Executive Director of the Economic and Organised Crime Office (ECOCO) and former Director-General in charge of Police Professional and Standards Bureau (PPSB) COP Maame Yaa Tiwaa Addo-Danquah (Mrs) has been named among distinguished female police officers globally.
A statement from the International Association of Women Police (IAWP) President, Deborah Friedl, it also named Tiffany-Victoria Bilon Enriquez of the Honolulu Police Department, Hawaii, USA, Tanya McLachlan, Vancouver Police Department, British Columbia, Canada, Tara Duffy, Metropolitan Police, UK, Valerie Gates, Barry Police Service, Ontario, Canada, Superintendent Vicky Washington, Metropolitan Police, UK, Jackie Reilly, A/Deputy Director, Fleet Supply and Weapons Service Bureau Ontario Provincial Police, Canada and Sarah Bass, Royal Canadian Mounted Police (RCMP), Canada as distinguished female police officers.
“The IAWP is so pleased to recognize the outstanding work of our colleagues in law enforcement. Their stories exemplify that with the right tools, training and opportunity, women excel in policing and keep our communities safer”, IAWP President Deborah Fried announced.
The IAWP has a mission to strengthen, unite and raise the capacity of women in policing internationally and envisions a world where police reflect the diversity of the communities they serve and where human rights are protected.
Profile of COP Maame Yaa Tiwaa Addo-Danquah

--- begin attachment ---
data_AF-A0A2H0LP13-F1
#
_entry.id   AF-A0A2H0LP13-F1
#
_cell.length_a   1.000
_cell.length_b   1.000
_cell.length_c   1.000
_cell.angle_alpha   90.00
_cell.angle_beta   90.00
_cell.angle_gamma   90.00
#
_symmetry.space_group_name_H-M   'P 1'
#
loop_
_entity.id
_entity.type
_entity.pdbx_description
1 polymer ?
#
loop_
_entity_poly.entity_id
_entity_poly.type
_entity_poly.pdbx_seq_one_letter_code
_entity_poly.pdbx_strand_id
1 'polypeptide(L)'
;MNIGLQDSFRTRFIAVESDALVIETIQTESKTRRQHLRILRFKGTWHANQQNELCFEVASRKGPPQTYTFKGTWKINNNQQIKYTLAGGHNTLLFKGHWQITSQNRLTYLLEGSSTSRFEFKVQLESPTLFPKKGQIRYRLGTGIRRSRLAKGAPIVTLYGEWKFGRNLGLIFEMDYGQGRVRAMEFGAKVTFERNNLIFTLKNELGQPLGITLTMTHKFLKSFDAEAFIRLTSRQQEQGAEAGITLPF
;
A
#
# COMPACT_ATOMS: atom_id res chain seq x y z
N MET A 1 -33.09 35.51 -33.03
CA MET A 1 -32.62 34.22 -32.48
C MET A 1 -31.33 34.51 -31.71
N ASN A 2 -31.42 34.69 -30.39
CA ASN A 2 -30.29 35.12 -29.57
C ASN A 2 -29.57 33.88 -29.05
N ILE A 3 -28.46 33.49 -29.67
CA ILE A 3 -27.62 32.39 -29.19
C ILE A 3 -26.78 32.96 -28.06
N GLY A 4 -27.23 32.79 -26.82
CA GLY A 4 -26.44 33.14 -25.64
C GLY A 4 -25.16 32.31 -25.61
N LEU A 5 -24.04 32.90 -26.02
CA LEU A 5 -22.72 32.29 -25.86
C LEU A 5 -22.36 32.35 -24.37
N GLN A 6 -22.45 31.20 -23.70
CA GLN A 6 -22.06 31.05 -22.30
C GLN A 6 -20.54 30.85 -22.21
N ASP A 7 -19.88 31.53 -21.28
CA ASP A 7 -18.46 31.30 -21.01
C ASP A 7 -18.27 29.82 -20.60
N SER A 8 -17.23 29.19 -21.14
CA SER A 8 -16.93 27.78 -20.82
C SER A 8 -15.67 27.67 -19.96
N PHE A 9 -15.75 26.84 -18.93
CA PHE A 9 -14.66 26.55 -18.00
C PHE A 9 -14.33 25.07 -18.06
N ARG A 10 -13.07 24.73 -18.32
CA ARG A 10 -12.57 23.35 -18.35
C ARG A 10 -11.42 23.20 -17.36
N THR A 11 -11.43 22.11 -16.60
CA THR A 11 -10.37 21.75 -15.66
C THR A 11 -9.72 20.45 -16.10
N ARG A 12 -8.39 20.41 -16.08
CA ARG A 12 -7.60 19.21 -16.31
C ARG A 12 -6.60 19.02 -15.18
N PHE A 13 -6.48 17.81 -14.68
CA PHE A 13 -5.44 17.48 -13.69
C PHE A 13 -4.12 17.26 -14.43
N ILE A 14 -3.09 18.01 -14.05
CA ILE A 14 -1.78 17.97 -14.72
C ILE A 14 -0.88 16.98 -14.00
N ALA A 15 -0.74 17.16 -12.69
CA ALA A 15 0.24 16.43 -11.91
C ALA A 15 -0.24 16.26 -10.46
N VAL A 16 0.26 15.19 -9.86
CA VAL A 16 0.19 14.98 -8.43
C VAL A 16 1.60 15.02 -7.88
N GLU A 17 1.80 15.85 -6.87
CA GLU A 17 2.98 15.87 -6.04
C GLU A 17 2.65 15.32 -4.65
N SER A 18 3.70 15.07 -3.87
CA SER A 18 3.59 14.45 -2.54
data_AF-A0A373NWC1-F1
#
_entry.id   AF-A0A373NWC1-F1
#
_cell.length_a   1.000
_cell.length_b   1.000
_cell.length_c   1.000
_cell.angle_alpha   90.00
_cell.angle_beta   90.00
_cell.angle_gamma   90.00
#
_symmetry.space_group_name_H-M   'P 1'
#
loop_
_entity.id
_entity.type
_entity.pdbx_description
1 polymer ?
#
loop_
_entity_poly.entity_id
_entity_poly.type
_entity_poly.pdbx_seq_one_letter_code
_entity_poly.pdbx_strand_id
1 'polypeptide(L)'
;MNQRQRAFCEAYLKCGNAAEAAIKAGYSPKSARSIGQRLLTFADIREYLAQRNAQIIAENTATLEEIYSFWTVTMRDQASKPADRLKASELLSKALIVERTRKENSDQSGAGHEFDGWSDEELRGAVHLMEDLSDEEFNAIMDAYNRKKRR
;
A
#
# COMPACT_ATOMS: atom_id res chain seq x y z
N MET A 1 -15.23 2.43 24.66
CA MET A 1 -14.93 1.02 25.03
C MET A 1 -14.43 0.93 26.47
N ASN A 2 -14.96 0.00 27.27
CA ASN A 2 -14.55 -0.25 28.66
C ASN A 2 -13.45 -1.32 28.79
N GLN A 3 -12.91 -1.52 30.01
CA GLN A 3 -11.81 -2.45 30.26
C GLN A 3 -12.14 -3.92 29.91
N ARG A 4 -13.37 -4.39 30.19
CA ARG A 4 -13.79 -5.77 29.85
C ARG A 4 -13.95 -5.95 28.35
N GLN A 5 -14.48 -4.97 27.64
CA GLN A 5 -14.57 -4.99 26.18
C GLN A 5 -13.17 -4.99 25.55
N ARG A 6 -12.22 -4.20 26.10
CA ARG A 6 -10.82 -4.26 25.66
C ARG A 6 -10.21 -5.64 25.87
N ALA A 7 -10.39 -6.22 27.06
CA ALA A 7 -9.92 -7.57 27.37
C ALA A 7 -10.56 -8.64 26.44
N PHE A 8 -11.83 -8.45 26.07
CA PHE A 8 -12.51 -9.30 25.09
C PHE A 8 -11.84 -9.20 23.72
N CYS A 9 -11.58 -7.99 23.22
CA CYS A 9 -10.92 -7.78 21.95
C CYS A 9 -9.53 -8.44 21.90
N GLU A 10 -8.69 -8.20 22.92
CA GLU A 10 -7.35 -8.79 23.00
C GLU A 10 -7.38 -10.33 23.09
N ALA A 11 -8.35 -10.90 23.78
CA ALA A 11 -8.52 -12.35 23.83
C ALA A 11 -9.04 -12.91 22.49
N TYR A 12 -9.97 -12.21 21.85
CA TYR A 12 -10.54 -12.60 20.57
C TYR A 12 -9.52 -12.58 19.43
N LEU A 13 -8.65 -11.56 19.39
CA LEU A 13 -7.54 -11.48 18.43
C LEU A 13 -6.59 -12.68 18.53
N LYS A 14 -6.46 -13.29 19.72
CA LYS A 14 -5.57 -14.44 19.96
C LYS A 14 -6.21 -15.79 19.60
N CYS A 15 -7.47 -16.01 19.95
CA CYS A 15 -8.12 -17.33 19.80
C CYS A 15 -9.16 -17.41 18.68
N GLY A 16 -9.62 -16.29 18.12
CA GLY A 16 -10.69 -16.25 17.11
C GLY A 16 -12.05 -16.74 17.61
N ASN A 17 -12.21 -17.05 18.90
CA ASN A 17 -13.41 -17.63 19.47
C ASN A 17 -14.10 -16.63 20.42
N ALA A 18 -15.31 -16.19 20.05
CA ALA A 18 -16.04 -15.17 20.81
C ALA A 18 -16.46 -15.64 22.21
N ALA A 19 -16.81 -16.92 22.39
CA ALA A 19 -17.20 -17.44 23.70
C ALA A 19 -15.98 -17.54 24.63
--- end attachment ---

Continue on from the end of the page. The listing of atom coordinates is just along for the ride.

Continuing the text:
She joined the Ghana Police Service in 1990 rising through the ranks to her current position as Commissioner of Police. During her career she has served in many roles within the Ghana Police Service as well as a deployment to the United Nations Mission in Kosovo. As a Chartered Accountant, she also lectures at the Police Academy and several Institutions on Best Practices in Accounting and security matters.
Commissioner Addo-Danquah consistently demonstrates her pioneering abilities by turning departments around to achieve enviable heights. She was the first female officer of the Ghana Police Service to be appointed as the Director-General for the Criminal Investigation Department (CID) where she brought significant and concrete reforms. During her tenure she solicited international support for the introduction of the Automated Fingerprint System (AFIS), with sponsorship from UNICEF established the first digital forensic laboratory in Ghana for the Cybercrime Unit, introduced a case tracking system which facilitated easy monitoring of cases under investigation regardless of the location of the case and she ensured the training of over 550 detectives by bringing the then defunct CID Training School back to life.
In November, 2013, when the then Inspector General of Police, Mr Mohammed Alhassan, established the Ghana Police Staff Command College (GPCSC) at Winneba, Commissioner Addo-Danquah was appointed the first female Commandant of the College. Through her initiatives, funds were secured from the Ghana Education Service Trust Fund (GETFund) to build an Auditorium and a Conference Hall for the College. In recognition of her sterling performance, she was promoted to the next rank on special recommendation.
Commissioner Addo-Danquah also served as the Director-General in charge of Welfare.